At the heart of every Mac OS X system is a Unix core. If you don't look for it, you won't see it, but it's there. Like all Unix-based systems, Mac OS X relies heavily on shell scripts. When you log in to your account at startup—whatever you happen to be doing on Mac OS X—chances are good that a shell script is involved in some way.
If you read Chapter 10, you know that scripts are simple programs that string together Unix commands to perform a task. Scripts are run by a program called a shell, which interprets one line of code at a time. On Mac OS X, the default shell is called Bash; Bash is a powerful shell that can be used interactively, or to run scripts.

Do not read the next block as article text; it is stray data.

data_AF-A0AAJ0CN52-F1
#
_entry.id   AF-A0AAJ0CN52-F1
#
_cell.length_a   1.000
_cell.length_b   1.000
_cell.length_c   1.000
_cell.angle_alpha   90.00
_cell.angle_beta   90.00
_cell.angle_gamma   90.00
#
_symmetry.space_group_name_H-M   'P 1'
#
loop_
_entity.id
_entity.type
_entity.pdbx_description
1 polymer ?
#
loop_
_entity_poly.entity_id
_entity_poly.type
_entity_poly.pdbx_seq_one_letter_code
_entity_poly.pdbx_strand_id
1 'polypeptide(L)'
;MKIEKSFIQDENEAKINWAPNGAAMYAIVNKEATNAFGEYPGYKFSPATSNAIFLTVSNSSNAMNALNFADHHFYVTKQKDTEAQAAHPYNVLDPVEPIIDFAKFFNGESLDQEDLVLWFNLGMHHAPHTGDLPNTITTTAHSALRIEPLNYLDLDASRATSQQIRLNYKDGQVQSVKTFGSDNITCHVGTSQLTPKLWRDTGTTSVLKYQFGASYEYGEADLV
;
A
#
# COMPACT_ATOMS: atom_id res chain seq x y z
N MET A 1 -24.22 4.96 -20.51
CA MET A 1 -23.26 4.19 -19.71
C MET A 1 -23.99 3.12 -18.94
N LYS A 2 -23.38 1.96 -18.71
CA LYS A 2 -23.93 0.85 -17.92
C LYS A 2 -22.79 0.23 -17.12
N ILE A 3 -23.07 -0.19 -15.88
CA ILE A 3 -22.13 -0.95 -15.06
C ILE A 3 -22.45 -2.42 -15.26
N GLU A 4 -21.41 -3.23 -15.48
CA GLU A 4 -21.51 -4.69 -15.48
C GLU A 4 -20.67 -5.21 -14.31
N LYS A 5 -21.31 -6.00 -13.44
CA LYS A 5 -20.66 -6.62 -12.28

In this chapter you learn
How to configure and use Bash interactively and for running scripts
How to use the Terminal application for accessing the command line
The most important Unix commands and where to find information about commands
Some of the commands only available on Mac OS X
Basic shell programming